Lunch Menu For A Diabetic

Lunch Menu For A Diabetic

Following a diabetic meal plan isn't about being deprived, assures the American Diabetes Association. Instead, you make informed choices about what foods can enhance your health while helping you control weight and blood sugar. All healthy diets should include grains, fruits, vegetables, lean protein sources and calcium-rich foods daily. A diabetic menu -- including one for lunchtime -- emphasizes certain foods from each of these categories. Ask your doctor or a nutritionist if you need help developing a diabetic-friendly meal plan that fits your lifestyle. Video of the Day The ADA recommends that about half of a healthy diabetic meal should consist of nonstarchy vegetables. These have fewer total carbohydrates and more fiber than starchy vegetables such as corn or potatoes, meaning they won't cause dramatic spikes in your blood sugar level. Nonstarchy vegetable choices include asparagus, cucumbers, mushrooms, tomatoes, all types of lettuce, cabbage and carrots. A typical lunch for a diabetic might start with a large salad of mixed greens and chopped, raw vegetables, topped with a sugar-free vinaigrette. About 25 percent of the ideal lunch for a diabetic should be grains or high-starch vegetables, beans or legumes. Skip products made with refined grains like white-flour bread or white rice in favor of whole grain items such as whole-wheat bread, whole-grain pasta, brown rice, oatmeal, barley or quinoa, all of which have a low glycemic index and can help keep your blood sugar level steady. Along with your lunch salad, try seasoned black beans wrapped into a whole-wheat tortilla along with your choice of vegetables. A rich source of protein should take up the remaining 25 percent of a healthy diabetic lunch. Choose skinless poultry, fish, shellfish, nuts and seeds, soy pr Continue reading >>

8 Awesome Diabetes Friendly Lunches That Are Easy For Work

8 Awesome Diabetes Friendly Lunches That Are Easy For Work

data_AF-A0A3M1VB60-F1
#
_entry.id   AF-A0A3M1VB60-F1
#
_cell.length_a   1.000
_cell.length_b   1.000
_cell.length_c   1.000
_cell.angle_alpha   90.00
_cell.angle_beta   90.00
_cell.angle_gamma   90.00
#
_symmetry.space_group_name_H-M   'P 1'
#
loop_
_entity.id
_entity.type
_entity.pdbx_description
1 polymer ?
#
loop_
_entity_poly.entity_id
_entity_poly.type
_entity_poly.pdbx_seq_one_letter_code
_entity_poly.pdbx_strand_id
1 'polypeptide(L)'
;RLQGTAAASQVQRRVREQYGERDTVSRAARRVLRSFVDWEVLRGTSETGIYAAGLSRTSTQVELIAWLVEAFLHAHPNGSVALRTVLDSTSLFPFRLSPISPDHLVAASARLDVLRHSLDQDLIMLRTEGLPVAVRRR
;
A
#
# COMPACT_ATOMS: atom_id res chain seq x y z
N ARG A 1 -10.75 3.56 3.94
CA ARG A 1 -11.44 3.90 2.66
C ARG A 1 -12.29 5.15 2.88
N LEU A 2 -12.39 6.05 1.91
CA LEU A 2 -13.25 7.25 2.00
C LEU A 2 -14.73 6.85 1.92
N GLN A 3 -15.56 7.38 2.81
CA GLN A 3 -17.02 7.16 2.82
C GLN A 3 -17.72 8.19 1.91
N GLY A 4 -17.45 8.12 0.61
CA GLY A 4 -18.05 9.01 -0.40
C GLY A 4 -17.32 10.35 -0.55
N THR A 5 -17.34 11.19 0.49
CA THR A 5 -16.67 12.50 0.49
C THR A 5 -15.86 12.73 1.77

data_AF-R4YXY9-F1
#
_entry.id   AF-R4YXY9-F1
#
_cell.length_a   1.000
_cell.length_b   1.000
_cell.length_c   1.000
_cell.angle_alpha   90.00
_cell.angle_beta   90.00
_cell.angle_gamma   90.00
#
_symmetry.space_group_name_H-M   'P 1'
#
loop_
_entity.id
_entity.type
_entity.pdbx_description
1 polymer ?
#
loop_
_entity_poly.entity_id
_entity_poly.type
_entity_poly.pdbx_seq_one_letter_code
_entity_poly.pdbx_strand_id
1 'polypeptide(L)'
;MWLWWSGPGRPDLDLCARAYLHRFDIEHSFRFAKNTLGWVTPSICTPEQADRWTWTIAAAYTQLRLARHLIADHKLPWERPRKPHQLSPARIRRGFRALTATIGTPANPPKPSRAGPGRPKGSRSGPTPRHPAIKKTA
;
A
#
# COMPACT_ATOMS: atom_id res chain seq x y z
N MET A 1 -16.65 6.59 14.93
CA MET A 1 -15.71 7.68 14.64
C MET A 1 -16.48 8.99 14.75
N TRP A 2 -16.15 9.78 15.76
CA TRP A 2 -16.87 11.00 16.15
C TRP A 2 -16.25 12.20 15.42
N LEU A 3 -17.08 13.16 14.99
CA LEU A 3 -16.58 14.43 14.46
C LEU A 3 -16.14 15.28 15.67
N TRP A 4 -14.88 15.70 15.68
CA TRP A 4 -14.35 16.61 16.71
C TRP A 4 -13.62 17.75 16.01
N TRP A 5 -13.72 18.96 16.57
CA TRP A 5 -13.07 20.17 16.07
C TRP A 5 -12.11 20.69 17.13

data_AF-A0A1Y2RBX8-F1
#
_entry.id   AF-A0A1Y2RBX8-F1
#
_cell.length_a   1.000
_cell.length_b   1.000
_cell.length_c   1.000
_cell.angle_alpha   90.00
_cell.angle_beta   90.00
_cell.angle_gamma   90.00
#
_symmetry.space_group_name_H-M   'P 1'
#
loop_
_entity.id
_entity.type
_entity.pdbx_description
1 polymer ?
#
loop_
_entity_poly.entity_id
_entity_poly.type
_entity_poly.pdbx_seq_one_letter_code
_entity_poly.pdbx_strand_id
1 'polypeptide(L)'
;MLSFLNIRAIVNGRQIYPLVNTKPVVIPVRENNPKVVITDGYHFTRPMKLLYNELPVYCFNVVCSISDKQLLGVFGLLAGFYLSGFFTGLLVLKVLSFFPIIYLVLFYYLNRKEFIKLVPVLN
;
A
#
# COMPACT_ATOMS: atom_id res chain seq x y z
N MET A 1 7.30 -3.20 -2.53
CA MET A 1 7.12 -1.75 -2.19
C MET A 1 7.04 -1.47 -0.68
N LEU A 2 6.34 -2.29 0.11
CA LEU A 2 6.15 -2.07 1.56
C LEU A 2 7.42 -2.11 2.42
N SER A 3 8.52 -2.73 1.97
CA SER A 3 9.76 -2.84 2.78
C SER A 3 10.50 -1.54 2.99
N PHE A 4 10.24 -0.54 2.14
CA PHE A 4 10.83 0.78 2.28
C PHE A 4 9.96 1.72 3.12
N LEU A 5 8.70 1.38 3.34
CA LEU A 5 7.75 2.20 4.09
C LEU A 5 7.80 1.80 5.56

Brown bagging it to work, even if you’re not using a brown paper bag, is the best way to control your carb intake at lunch time. Not to mention, it’s much easier on your wallet than eating out every day. Gone are the days of boring old peanut butter and jelly sandwiches with a bag of chips and a red apple. Get creative and enjoy your lunches from home again. Here are some healthy lunch ideas, along with the carbohydrate counts. These lunches include 60 grams of carb each, but are broken down for you to see where that carb is coming from, in case you want to adjust for your personal needs. 1. Smoked Turkey & Harvarti Pita – Creamy Havarti paired with smoked turkey is divine. Thin slices of Granny smith apples inside are the icing on the cake. You can even enjoy a few vanilla wafers with this lunch and still meet an acceptable carb count. Food Amount Carbs (grams) Pita 1 30 Apple 1 15 Vanilla Wafers 5 15 Total 60 2. Fancy Grilled Cheese – Use whole grain bread and add chopped marinated olives or mushrooms, or roasted red peppers, or roasted green chilies to the traditional grilled cheese sandwich. Nothing goes better with grilled cheese than tomato soup. You can also include 1 cup of melon and still make the target. Food Amount Carbs (grams) Bread 2 slices 30 Melon 1 cup 15 Tomato Soup 1 cup 15 Total 60 3. Mason Jar Salad – These are all the rage right now. Simple to prepare ahead of time. They keep well up to a week in the fridge. Layer ingredients in this order: salad dressing, protein (tuna or chickpeas or black beans), veggies (grape tomatoes or chopped bell peppers or cucumber slices), and salad greens. Carb counts will vary based on what you include, but you should have plenty of carbs leftover to add a Greek yogurt parfait with 1 cup of plain yogurt and 1 Continue reading >>